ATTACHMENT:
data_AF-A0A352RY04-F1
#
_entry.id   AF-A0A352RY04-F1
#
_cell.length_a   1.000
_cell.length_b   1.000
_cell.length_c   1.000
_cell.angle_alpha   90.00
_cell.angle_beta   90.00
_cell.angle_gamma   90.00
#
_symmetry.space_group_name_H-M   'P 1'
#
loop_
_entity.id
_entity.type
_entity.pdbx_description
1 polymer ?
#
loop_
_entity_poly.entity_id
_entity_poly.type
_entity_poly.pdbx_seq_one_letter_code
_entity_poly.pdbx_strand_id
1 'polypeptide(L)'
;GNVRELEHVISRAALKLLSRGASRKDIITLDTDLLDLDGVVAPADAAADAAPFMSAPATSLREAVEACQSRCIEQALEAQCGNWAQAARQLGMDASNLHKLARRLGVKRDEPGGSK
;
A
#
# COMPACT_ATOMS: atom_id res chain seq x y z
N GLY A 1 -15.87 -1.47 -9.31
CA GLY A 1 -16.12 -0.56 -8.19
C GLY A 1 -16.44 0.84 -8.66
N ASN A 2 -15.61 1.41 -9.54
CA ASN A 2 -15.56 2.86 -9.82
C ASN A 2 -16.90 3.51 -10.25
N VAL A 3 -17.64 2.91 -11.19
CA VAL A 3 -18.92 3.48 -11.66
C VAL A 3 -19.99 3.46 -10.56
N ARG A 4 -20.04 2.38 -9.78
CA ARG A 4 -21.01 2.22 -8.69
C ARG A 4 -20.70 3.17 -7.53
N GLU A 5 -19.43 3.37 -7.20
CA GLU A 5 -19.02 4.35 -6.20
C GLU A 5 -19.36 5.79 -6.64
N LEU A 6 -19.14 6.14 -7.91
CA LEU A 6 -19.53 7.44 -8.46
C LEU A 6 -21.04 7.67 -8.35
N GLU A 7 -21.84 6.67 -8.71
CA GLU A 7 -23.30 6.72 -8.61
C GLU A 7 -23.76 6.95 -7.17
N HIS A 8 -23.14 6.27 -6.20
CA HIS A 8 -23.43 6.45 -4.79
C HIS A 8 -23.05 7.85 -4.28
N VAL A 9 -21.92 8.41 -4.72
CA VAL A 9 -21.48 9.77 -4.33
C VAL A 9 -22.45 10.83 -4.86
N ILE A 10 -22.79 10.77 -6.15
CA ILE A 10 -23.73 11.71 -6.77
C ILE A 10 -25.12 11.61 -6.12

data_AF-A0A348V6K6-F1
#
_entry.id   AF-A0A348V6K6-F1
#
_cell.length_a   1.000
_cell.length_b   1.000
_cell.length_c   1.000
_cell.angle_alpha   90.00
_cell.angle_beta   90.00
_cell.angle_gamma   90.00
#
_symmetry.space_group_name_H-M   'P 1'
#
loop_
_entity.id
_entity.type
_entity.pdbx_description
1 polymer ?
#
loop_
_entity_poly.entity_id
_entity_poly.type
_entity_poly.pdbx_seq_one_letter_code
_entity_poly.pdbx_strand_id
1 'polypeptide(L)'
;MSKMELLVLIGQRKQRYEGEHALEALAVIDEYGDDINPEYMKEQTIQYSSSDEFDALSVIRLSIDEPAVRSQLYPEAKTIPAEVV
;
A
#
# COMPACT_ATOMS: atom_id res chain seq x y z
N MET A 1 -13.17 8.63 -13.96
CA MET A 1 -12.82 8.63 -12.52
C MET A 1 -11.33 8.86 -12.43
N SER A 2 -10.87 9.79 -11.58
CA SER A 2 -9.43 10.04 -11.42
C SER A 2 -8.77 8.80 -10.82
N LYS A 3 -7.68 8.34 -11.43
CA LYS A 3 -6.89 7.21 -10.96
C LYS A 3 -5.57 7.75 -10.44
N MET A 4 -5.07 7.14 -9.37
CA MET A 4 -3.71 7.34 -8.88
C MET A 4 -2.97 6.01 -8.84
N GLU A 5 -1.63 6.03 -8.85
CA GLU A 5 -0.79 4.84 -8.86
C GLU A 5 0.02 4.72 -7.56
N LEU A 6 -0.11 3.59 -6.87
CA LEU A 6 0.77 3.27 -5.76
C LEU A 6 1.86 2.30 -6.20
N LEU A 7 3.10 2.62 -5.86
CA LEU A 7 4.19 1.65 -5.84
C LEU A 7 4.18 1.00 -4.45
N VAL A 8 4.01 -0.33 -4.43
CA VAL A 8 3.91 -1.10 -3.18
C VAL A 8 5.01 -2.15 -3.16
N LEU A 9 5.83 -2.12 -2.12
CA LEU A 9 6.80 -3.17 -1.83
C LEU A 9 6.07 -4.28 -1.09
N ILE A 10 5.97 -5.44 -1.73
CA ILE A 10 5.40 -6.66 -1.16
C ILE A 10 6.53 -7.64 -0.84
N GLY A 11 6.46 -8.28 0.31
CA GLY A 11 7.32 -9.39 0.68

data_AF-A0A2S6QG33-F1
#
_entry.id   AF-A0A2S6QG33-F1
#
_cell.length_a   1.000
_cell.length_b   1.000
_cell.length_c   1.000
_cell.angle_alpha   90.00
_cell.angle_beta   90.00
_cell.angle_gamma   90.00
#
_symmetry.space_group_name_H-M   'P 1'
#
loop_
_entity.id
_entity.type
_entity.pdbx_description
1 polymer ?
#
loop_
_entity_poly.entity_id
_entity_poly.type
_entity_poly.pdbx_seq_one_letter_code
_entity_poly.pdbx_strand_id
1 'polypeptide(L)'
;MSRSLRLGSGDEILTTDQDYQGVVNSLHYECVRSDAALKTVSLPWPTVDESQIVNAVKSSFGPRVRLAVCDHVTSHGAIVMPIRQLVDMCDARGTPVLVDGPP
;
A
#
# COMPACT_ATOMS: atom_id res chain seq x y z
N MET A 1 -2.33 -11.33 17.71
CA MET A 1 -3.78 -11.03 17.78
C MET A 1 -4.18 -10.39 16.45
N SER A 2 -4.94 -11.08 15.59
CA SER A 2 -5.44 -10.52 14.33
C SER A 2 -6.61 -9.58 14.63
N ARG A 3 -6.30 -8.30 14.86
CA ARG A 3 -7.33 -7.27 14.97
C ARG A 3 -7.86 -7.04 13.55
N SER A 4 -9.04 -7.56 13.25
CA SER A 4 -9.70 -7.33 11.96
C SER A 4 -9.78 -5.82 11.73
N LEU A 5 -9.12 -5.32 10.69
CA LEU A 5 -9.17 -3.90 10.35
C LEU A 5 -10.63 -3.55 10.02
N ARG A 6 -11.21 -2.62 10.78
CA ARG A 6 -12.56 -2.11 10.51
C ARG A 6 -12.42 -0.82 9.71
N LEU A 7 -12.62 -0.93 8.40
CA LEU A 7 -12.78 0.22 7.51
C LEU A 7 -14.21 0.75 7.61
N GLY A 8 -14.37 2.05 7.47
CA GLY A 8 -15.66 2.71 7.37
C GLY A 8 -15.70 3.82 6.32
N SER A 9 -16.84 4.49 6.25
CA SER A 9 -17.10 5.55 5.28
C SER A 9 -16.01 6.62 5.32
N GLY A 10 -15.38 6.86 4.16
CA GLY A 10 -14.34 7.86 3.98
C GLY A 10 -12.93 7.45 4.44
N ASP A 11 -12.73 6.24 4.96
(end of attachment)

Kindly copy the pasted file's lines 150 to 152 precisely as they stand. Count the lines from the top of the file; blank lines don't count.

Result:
A
#
# COMPACT_ATOMS: atom_id res chain seq x y z